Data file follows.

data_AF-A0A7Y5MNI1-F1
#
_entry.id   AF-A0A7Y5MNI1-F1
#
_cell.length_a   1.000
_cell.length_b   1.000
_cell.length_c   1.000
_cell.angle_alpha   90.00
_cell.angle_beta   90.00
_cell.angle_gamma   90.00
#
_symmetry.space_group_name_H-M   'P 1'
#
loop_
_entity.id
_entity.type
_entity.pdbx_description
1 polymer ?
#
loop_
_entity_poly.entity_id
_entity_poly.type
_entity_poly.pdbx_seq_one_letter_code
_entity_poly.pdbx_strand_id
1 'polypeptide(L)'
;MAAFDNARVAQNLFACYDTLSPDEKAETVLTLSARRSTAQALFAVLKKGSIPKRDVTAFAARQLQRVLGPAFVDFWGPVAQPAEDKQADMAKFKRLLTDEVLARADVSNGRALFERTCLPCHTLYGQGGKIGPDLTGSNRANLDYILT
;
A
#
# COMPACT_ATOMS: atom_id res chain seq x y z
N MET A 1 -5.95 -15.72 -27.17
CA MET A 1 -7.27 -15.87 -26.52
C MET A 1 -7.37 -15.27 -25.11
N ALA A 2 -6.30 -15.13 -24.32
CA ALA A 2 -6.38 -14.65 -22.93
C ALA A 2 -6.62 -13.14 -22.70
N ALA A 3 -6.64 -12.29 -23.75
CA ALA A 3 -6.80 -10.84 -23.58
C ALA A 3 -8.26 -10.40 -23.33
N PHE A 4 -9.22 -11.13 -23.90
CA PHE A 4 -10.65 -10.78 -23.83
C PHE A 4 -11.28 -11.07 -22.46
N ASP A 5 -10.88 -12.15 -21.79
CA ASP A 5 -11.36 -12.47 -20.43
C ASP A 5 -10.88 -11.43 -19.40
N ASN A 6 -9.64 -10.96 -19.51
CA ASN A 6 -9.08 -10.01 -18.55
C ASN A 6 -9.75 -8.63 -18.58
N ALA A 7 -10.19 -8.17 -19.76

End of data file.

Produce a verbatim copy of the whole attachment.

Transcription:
data_AF-A0A7Y5MNI1-F1
#
_entry.id   AF-A0A7Y5MNI1-F1
#
_cell.length_a   1.000
_cell.length_b   1.000
_cell.length_c   1.000
_cell.angle_alpha   90.00
_cell.angle_beta   90.00
_cell.angle_gamma   90.00
#
_symmetry.space_group_name_H-M   'P 1'
#
loop_
_entity.id
_entity.type
_entity.pdbx_description
1 polymer ?
#
loop_
_entity_poly.entity_id
_entity_poly.type
_entity_poly.pdbx_seq_one_letter_code
_entity_poly.pdbx_strand_id
1 'polypeptide(L)'
;MAAFDNARVAQNLFACYDTLSPDEKAETVLTLSARRSTAQALFAVLKKGSIPKRDVTAFAARQLQRVLGPAFVDFWGPVAQPAEDKQADMAKFKRLLTDEVLARADVSNGRALFERTCLPCHTLYGQGGKIGPDLTGSNRANLDYILT
;
A
#
# COMPACT_ATOMS: atom_id res chain seq x y z
N MET A 1 -5.95 -15.72 -27.17
CA MET A 1 -7.27 -15.87 -26.52
C MET A 1 -7.37 -15.27 -25.11
N ALA A 2 -6.30 -15.13 -24.32
CA ALA A 2 -6.38 -14.65 -22.93
C ALA A 2 -6.62 -13.14 -22.70
N ALA A 3 -6.64 -12.29 -23.75
CA ALA A 3 -6.80 -10.84 -23.58
C ALA A 3 -8.26 -10.40 -23.33
N PHE A 4 -9.22 -11.13 -23.90
CA PHE A 4 -10.65 -10.78 -23.83
C PHE A 4 -11.28 -11.07 -22.46
N ASP A 5 -10.88 -12.15 -21.79
CA ASP A 5 -11.36 -12.47 -20.43
C ASP A 5 -10.88 -11.43 -19.40
N ASN A 6 -9.64 -10.96 -19.51
CA ASN A 6 -9.08 -10.01 -18.55
C ASN A 6 -9.75 -8.63 -18.58
N ALA A 7 -10.19 -8.17 -19.76